Questing Difficulty, Diversity and the Need for Achievement

I was trading off playing between Lord of the Rings Online (LOTRO) this week with a bit of The Secret World (TSW) and recalling many of the frequent comments from players lamenting that MMORPGs had become “too easy” and “too casual.”  It’s an interesting assertion since these two games in particular have a very different feel as far as difficulty is concerned.  LOTRO questing is in many ways similar to the World of Warcraft in that expeditions are on the “easy” side – it’s pretty straightforward taking down the bad guys or collecting relics on the beach or whatever the game asks of you; but the feel of the game is more calm and relaxing.  There’s certainly a nice aspect that; causally exploring the countryside, taking in the view of distant ruins or mountains while hunting boar hides is a mode of questing that can be a nice reprieve, especially after a stressful day, or as a nice way to get rolling in the morning with a cup of java.

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What is Horizontal Progression, Really?

Last time, I talked quite a bit about endgame, and how games might be designed to avoid “grinding” for progressively more powerful gear once the character has reached “max level:”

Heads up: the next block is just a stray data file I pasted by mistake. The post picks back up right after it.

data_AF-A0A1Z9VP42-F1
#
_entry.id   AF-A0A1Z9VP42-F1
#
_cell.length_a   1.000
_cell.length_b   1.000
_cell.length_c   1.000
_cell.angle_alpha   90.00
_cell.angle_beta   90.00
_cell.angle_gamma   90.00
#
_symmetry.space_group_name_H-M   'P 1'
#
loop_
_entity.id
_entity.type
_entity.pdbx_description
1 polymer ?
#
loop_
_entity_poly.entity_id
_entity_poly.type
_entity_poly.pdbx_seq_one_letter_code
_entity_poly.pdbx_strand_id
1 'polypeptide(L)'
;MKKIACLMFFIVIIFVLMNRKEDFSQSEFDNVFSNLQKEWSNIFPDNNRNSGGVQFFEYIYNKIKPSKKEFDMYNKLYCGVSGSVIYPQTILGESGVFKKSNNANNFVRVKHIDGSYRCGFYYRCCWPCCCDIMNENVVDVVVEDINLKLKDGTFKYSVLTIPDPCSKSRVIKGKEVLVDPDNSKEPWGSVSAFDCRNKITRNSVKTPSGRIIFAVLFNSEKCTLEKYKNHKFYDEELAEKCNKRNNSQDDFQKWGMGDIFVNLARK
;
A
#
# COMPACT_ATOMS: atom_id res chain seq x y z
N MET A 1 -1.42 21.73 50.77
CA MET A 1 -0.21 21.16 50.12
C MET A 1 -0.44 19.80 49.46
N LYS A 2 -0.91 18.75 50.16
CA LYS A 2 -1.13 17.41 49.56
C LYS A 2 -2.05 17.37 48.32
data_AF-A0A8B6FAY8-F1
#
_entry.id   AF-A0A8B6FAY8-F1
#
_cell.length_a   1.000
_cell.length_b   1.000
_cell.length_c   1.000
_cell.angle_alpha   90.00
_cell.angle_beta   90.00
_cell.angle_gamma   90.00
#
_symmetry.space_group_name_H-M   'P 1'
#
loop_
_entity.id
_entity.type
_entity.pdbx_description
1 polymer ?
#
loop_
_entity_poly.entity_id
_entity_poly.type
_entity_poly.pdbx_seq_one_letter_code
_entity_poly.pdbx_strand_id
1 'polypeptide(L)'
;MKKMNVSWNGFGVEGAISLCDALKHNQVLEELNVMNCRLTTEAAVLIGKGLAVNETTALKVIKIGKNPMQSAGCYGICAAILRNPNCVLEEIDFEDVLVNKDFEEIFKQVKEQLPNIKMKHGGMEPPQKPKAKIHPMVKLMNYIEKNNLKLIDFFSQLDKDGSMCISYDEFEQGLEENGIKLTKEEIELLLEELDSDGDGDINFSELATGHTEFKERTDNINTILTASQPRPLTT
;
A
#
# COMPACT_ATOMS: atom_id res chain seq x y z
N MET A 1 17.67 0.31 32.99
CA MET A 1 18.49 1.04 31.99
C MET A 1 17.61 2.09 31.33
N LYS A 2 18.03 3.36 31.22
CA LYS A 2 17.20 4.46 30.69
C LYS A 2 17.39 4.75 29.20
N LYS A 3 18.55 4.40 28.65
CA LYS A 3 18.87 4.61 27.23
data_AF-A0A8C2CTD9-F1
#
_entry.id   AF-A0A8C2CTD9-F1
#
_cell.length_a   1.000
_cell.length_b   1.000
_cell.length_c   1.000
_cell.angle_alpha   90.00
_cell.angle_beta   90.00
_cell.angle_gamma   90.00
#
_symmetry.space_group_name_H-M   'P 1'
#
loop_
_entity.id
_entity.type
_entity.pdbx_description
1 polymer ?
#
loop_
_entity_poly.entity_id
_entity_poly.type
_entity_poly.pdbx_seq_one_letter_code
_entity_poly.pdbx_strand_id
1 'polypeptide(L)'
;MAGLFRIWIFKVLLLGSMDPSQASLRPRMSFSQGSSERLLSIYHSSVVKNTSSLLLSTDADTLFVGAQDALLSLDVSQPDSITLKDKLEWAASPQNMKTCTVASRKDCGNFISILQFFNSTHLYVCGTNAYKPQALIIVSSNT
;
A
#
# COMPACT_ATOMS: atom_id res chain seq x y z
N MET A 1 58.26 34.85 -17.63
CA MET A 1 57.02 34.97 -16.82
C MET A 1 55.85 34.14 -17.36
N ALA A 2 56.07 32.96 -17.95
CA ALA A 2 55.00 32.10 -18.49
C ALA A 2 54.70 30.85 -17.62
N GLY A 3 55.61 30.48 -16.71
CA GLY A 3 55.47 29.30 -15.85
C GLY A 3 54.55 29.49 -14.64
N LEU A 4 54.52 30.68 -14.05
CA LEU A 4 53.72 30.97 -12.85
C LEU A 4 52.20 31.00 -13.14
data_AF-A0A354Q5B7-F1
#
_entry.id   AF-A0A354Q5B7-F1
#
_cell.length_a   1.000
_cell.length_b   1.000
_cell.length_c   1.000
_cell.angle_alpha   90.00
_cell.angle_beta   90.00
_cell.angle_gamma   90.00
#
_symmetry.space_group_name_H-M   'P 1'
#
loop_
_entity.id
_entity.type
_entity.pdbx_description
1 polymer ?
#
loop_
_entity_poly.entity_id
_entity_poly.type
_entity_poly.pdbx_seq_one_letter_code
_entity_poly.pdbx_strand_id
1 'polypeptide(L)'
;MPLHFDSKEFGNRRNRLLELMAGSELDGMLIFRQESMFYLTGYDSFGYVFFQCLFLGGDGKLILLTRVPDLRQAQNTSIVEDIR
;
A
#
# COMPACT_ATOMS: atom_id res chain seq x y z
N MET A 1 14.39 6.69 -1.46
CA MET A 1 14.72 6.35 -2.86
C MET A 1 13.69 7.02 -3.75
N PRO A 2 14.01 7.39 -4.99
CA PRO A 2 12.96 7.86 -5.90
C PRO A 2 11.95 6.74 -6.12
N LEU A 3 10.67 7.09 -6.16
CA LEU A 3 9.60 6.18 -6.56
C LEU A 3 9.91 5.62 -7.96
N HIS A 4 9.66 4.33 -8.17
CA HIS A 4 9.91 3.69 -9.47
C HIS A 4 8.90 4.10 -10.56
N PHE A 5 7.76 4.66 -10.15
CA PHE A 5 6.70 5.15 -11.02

Use a skill-based, horizontal progression system rather than a level-based, gear grind system.  Give us a huge pool of options and gear to buy, but let players find their own right combination of skills and gear.  Place an upper limit on the most powerful gear in the game, but provide lots of it—variety of abilities and gear should be the progression for players who play for epic achievement.

More players than ever are starting to demand horizontal over vertical progression in their games.  Recent dust-ups around Guild Wars 2’s introduction of a new gear tier brought to light how much emotion there is on the issue – thousands of posts protesting the decision on the forums after the announcement.

But what does horizontal progression really mean, and how does vertical progression conflict with it?

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